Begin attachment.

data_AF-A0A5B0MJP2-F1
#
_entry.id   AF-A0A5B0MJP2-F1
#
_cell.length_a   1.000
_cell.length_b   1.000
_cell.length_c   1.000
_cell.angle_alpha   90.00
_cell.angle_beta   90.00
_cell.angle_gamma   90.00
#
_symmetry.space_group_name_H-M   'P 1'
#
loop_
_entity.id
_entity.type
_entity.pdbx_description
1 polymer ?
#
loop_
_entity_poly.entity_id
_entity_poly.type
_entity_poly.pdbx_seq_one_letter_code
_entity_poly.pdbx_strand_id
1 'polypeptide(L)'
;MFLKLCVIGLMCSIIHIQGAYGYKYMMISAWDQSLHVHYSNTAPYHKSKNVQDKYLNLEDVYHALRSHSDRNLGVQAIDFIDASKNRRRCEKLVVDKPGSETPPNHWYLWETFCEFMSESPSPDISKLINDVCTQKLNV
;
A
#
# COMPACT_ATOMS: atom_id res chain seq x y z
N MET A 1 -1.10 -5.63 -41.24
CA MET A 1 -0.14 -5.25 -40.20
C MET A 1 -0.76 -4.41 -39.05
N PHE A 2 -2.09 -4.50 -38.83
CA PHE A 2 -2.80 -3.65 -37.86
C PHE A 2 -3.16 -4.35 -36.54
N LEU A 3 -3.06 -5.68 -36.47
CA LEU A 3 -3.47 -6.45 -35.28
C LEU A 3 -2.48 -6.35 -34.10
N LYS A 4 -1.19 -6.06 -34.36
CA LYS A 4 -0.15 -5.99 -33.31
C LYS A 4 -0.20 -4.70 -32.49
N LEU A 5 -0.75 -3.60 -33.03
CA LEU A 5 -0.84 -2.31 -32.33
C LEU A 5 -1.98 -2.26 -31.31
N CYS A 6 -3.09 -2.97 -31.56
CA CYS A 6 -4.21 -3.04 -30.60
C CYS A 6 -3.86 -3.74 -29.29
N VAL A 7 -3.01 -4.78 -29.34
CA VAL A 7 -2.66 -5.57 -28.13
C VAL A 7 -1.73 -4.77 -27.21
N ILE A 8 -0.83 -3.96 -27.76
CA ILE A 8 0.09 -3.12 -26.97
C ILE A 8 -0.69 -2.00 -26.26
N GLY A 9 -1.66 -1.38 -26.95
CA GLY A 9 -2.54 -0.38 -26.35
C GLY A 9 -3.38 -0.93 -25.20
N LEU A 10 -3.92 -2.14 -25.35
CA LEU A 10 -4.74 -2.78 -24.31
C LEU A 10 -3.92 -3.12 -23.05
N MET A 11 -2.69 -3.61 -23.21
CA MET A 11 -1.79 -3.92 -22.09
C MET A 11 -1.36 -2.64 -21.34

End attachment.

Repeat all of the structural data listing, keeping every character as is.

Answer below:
data_AF-A0A5B0MJP2-F1
#
_entry.id   AF-A0A5B0MJP2-F1
#
_cell.length_a   1.000
_cell.length_b   1.000
_cell.length_c   1.000
_cell.angle_alpha   90.00
_cell.angle_beta   90.00
_cell.angle_gamma   90.00
#
_symmetry.space_group_name_H-M   'P 1'
#
loop_
_entity.id
_entity.type
_entity.pdbx_description
1 polymer ?
#
loop_
_entity_poly.entity_id
_entity_poly.type
_entity_poly.pdbx_seq_one_letter_code
_entity_poly.pdbx_strand_id
1 'polypeptide(L)'
;MFLKLCVIGLMCSIIHIQGAYGYKYMMISAWDQSLHVHYSNTAPYHKSKNVQDKYLNLEDVYHALRSHSDRNLGVQAIDFIDASKNRRRCEKLVVDKPGSETPPNHWYLWETFCEFMSESPSPDISKLINDVCTQKLNV
;
A
#
# COMPACT_ATOMS: atom_id res chain seq x y z
N MET A 1 -1.10 -5.63 -41.24
CA MET A 1 -0.14 -5.25 -40.20
C MET A 1 -0.76 -4.41 -39.05
N PHE A 2 -2.09 -4.50 -38.83
CA PHE A 2 -2.80 -3.65 -37.86
C PHE A 2 -3.16 -4.35 -36.54
N LEU A 3 -3.06 -5.68 -36.47
CA LEU A 3 -3.47 -6.45 -35.28
C LEU A 3 -2.48 -6.35 -34.10
N LYS A 4 -1.19 -6.06 -34.36
CA LYS A 4 -0.15 -5.99 -33.31
C LYS A 4 -0.20 -4.70 -32.49
N LEU A 5 -0.75 -3.60 -33.03
CA LEU A 5 -0.84 -2.31 -32.33
C LEU A 5 -1.98 -2.26 -31.31
N CYS A 6 -3.09 -2.97 -31.56
CA CYS A 6 -4.21 -3.04 -30.60
C CYS A 6 -3.86 -3.74 -29.29
N VAL A 7 -3.01 -4.78 -29.34
CA VAL A 7 -2.66 -5.57 -28.13
C VAL A 7 -1.73 -4.77 -27.21
N ILE A 8 -0.83 -3.96 -27.76
CA ILE A 8 0.09 -3.12 -26.97
C ILE A 8 -0.69 -2.00 -26.26
N GLY A 9 -1.66 -1.38 -26.95
CA GLY A 9 -2.54 -0.38 -26.35
C GLY A 9 -3.38 -0.93 -25.20
N LEU A 10 -3.92 -2.14 -25.35
CA LEU A 10 -4.74 -2.78 -24.31
C LEU A 10 -3.92 -3.12 -23.05
N MET A 11 -2.69 -3.61 -23.21
CA MET A 11 -1.79 -3.92 -22.09
C MET A 11 -1.36 -2.64 -21.34